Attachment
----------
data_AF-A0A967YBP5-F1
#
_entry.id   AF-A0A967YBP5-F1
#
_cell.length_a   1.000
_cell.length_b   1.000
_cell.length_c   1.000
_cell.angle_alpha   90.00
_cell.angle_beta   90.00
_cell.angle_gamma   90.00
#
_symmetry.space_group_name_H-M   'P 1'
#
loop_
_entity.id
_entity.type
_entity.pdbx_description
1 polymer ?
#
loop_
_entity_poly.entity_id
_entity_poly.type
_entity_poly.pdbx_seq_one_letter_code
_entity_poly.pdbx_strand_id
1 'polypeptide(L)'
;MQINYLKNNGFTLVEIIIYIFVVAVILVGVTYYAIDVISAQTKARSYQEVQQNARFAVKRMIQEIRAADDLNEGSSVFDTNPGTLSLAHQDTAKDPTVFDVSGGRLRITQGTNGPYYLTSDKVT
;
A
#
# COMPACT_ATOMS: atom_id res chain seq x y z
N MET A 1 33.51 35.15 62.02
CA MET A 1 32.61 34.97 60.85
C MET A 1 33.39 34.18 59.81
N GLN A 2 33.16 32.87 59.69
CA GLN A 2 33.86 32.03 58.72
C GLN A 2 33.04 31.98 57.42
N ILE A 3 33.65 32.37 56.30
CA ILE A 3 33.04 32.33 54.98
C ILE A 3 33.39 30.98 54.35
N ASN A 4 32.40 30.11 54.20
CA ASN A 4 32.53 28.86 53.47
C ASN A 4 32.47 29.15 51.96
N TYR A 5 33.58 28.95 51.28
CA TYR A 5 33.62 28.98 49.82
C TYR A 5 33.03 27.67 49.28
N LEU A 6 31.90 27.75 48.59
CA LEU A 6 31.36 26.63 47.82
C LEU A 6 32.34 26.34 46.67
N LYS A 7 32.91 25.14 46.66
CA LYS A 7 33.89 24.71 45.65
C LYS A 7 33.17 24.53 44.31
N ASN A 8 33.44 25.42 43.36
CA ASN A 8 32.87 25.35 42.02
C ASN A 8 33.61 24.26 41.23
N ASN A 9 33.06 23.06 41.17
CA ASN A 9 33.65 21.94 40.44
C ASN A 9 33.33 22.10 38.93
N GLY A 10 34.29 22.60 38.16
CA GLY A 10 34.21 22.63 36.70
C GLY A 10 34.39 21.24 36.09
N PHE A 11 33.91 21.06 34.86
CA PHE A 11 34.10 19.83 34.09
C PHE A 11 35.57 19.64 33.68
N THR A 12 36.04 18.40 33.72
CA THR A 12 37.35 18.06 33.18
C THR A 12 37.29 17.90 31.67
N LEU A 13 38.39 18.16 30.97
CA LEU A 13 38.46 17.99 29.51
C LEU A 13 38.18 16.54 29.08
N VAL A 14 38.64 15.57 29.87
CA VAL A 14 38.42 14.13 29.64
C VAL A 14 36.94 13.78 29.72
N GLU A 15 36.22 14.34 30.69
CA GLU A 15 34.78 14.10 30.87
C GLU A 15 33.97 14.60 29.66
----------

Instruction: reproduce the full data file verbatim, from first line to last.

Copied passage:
data_AF-A0A967YBP5-F1
#
_entry.id   AF-A0A967YBP5-F1
#
_cell.length_a   1.000
_cell.length_b   1.000
_cell.length_c   1.000
_cell.angle_alpha   90.00
_cell.angle_beta   90.00
_cell.angle_gamma   90.00
#
_symmetry.space_group_name_H-M   'P 1'
#
loop_
_entity.id
_entity.type
_entity.pdbx_description
1 polymer ?
#
loop_
_entity_poly.entity_id
_entity_poly.type
_entity_poly.pdbx_seq_one_letter_code
_entity_poly.pdbx_strand_id
1 'polypeptide(L)'
;MQINYLKNNGFTLVEIIIYIFVVAVILVGVTYYAIDVISAQTKARSYQEVQQNARFAVKRMIQEIRAADDLNEGSSVFDTNPGTLSLAHQDTAKDPTVFDVSGGRLRITQGTNGPYYLTSDKVT
;
A
#
# COMPACT_ATOMS: atom_id res chain seq x y z
N MET A 1 33.51 35.15 62.02
CA MET A 1 32.61 34.97 60.85
C MET A 1 33.39 34.18 59.81
N GLN A 2 33.16 32.87 59.69
CA GLN A 2 33.86 32.03 58.72
C GLN A 2 33.04 31.98 57.42
N ILE A 3 33.65 32.37 56.30
CA ILE A 3 33.04 32.33 54.98
C ILE A 3 33.39 30.98 54.35
N ASN A 4 32.40 30.11 54.20
CA ASN A 4 32.53 28.86 53.47
C ASN A 4 32.47 29.15 51.96
N TYR A 5 33.58 28.95 51.28
CA TYR A 5 33.62 28.98 49.82
C TYR A 5 33.03 27.67 49.28
N LEU A 6 31.90 27.75 48.59
CA LEU A 6 31.36 26.63 47.82
C LEU A 6 32.34 26.34 46.67
N LYS A 7 32.91 25.14 46.66
CA LYS A 7 33.89 24.71 45.65
C LYS A 7 33.17 24.53 44.31
N ASN A 8 33.44 25.42 43.36
CA ASN A 8 32.87 25.35 42.02
C ASN A 8 33.61 24.26 41.23
N ASN A 9 33.06 23.06 41.17
CA ASN A 9 33.65 21.94 40.44
C ASN A 9 33.33 22.10 38.93
N GLY A 10 34.29 22.60 38.16
CA GLY A 10 34.21 22.63 36.70
C GLY A 10 34.39 21.24 36.09
N PHE A 11 33.91 21.06 34.86
CA PHE A 11 34.10 19.83 34.09
C PHE A 11 35.57 19.64 33.68
N THR A 12 36.04 18.40 33.72
CA THR A 12 37.35 18.06 33.18
C THR A 12 37.29 17.90 31.67
N LEU A 13 38.39 18.16 30.97
CA LEU A 13 38.46 17.99 29.51
C LEU A 13 38.18 16.54 29.08
N VAL A 14 38.64 15.57 29.87
CA VAL A 14 38.42 14.13 29.64
C VAL A 14 36.94 13.78 29.72
N GLU A 15 36.22 14.34 30.69
CA GLU A 15 34.78 14.10 30.87
C GLU A 15 33.97 14.60 29.66